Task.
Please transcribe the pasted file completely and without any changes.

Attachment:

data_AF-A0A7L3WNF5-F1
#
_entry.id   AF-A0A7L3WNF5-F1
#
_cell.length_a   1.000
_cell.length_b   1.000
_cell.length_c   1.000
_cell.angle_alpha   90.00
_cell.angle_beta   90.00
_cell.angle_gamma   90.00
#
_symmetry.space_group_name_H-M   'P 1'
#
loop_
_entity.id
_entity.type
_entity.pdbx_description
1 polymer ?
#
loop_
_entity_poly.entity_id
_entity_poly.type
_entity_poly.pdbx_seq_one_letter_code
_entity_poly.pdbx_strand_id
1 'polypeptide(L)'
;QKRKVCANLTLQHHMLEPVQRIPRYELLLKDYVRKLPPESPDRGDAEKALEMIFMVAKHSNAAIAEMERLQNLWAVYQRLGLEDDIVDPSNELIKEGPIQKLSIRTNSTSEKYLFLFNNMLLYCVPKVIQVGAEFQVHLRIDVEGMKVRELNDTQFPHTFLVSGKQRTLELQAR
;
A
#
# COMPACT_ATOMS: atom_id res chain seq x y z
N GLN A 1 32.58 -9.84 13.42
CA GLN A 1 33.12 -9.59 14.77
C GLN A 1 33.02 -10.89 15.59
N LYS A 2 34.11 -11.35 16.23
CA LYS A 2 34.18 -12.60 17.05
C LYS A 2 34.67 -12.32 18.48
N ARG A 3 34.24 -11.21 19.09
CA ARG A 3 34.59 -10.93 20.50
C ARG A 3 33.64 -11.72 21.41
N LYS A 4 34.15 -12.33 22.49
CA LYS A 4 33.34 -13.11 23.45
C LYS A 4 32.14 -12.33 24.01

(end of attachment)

data_AF-A0A7L3WNF5-F1
#
_entry.id   AF-A0A7L3WNF5-F1
#
_cell.length_a   1.000
_cell.length_b   1.000
_cell.length_c   1.000
_cell.angle_alpha   90.00
_cell.angle_beta   90.00
_cell.angle_gamma   90.00
#
_symmetry.space_group_name_H-M   'P 1'
#
loop_
_entity.id
_entity.type
_entity.pdbx_description
1 polymer ?
#
loop_
_entity_poly.entity_id
_entity_poly.type
_entity_poly.pdbx_seq_one_letter_code
_entity_poly.pdbx_strand_id
1 'polypeptide(L)'
;QKRKVCANLTLQHHMLEPVQRIPRYELLLKDYVRKLPPESPDRGDAEKALEMIFMVAKHSNAAIAEMERLQNLWAVYQRLGLEDDIVDPSNELIKEGPIQKLSIRTNSTSEKYLFLFNNMLLYCVPKVIQVGAEFQVHLRIDVEGMKVRELNDTQFPHTFLVSGKQRTLELQAR
;
A
#
# COMPACT_ATOMS: atom_id res chain seq x y z
N GLN A 1 32.58 -9.84 13.42
CA GLN A 1 33.12 -9.59 14.77
C GLN A 1 33.02 -10.89 15.59
N LYS A 2 34.11 -11.35 16.23
CA LYS A 2 34.18 -12.60 17.05
C LYS A 2 34.67 -12.32 18.48
N ARG A 3 34.24 -11.21 19.09
CA ARG A 3 34.59 -10.93 20.50
C ARG A 3 33.64 -11.72 21.41
N LYS A 4 34.15 -12.33 22.49
CA LYS A 4 33.34 -13.11 23.45
C LYS A 4 32.14 -12.33 24.01